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Curfew: four or six weeks?  Why we don’t know yet how long it will last

It will soon be gone for… four weeks at least. The curfew, imposed in Île-de-France and in eight metropolitan areas at 9 p.m. from Saturday, will last at least until November 17. That is to say one month after the restoration of the state of emergency, from midnight on the night of Friday to Saturday.

But Emmanuel Macron wants to make it last for two additional weeks, as he announced on TF1 and France 2 on Wednesday evening. “The government is in a position to decide it for four weeks. We will go to Parliament to be able to try to extend it until December 1, ”he said according to the transcript of his interview communicated by the Elysee Palace.

VIDEO. Covid-19: curfew between 9 p.m. and 6 a.m. in Ile-de-France and in 8 metropolises, from Saturday

The decision to impose a curfew is based on the reestablishment of the state of health emergency throughout the national territory. Except that the establishment of such an exceptional regime “beyond one month can only be authorized by law”, we read at article L3131-13 of the public health code, created by the ” emergency law of 23 March 2020 to deal with the Covid-19 epidemic “. And lawyers and elected officials are not sure that a curfew outside a state of health emergency is possible.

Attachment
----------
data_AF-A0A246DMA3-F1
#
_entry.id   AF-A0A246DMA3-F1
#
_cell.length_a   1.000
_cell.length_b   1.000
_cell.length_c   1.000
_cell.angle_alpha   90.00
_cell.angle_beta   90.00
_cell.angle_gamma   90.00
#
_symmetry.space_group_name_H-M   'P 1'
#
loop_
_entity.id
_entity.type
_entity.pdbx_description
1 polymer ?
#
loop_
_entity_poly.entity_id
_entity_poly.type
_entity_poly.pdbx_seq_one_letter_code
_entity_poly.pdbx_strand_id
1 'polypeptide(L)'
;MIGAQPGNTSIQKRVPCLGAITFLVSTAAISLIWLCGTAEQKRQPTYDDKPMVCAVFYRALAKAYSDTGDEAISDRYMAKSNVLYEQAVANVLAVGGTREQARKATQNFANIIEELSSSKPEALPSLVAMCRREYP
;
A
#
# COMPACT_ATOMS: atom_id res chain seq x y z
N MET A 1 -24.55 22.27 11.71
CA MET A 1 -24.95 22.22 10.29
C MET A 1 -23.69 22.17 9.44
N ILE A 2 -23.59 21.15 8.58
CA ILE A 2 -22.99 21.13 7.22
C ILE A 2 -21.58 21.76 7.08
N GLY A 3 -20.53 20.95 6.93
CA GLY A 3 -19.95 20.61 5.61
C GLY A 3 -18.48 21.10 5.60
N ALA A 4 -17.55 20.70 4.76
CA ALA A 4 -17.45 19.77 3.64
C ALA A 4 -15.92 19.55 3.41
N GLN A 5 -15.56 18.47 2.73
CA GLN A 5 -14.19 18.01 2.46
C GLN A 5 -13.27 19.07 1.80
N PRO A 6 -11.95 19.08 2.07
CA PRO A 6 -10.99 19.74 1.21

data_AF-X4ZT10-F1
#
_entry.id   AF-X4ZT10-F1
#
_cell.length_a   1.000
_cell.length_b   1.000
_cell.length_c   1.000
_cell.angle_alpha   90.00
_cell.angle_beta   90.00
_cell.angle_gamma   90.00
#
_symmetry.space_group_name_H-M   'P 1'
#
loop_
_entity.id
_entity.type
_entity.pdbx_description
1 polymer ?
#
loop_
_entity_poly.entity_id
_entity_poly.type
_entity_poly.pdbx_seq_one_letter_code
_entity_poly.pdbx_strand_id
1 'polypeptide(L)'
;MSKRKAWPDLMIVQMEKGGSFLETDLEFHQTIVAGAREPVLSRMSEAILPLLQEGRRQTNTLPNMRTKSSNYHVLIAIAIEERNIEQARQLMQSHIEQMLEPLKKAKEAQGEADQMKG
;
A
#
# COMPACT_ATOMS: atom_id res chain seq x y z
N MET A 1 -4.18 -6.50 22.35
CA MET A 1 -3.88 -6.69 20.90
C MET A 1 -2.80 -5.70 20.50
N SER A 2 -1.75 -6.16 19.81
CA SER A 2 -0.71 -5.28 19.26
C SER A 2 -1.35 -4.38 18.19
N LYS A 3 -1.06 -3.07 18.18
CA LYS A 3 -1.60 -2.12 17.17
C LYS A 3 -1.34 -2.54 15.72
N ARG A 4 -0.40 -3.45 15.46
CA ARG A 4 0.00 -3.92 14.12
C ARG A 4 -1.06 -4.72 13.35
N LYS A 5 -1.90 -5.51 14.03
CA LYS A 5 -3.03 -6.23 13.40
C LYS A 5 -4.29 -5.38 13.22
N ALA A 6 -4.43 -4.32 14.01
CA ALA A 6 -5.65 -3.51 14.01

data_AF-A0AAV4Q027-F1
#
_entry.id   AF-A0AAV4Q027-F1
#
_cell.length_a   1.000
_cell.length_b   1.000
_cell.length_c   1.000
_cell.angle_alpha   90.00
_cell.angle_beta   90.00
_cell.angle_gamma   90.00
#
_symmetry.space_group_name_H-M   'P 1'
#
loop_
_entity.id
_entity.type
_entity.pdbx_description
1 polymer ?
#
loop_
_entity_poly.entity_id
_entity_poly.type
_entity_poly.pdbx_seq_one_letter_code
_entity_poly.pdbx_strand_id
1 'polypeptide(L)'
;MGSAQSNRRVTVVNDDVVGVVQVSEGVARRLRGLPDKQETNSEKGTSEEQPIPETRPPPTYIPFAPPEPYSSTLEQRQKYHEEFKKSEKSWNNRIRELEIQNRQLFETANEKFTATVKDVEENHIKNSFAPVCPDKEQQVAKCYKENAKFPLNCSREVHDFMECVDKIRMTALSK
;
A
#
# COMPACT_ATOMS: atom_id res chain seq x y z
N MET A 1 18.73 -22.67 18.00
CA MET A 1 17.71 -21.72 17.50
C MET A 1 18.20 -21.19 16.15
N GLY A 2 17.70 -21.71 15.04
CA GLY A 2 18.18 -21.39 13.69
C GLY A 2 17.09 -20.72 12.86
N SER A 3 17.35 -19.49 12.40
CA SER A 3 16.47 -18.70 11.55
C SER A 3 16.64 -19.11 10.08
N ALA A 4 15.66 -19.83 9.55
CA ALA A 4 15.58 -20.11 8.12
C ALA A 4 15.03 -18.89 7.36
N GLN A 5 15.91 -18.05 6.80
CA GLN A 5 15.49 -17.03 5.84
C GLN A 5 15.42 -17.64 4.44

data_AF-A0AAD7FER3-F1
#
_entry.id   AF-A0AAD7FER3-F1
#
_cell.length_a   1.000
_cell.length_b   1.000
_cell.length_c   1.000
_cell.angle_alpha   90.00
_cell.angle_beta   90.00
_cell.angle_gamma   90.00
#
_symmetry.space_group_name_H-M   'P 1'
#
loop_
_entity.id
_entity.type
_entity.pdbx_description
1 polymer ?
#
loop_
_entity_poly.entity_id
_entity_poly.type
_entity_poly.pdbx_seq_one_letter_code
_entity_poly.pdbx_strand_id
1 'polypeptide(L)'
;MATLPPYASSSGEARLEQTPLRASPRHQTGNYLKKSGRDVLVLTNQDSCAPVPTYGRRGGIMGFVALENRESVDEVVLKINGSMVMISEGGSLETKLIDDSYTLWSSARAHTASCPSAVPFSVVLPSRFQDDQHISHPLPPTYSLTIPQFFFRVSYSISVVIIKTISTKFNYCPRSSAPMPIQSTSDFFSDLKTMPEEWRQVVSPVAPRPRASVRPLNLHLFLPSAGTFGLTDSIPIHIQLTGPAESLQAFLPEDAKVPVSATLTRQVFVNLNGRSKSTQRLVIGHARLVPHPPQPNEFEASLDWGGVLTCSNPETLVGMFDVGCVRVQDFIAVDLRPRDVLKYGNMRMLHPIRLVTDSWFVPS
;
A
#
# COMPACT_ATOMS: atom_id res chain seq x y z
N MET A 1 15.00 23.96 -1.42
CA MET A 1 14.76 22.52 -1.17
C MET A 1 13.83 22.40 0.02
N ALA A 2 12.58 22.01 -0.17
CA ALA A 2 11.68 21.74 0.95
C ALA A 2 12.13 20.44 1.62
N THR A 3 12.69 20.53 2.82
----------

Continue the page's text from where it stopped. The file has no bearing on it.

“Debate is necessary”

Clearly, the National Assembly and the Senate, which will be “informed without delay of the measures taken by the Government under the state of health emergency [dont le couvre-feu] », Will have to decide and vote in favor – or not – of an extension until December 1, for example.

A favorable vote is not necessarily acquired, even if the Republic on the march and its allies have an absolute majority in the National Assembly. Senator Philippe Bas (Les Républicains) has already warned on Twitter that “it would be inexplicable for Parliament not to pronounce on such serious measures, to validate or reject them”.

“The infringement of liberty is only legal if night traffic increases contamination. Difficult to demonstrate! Is the indirect objective of preventing private meetings sufficient to justify such a restrictive measure? Debate is necessary! », He also exclaimed.


Original article by : www.leparisien.fr

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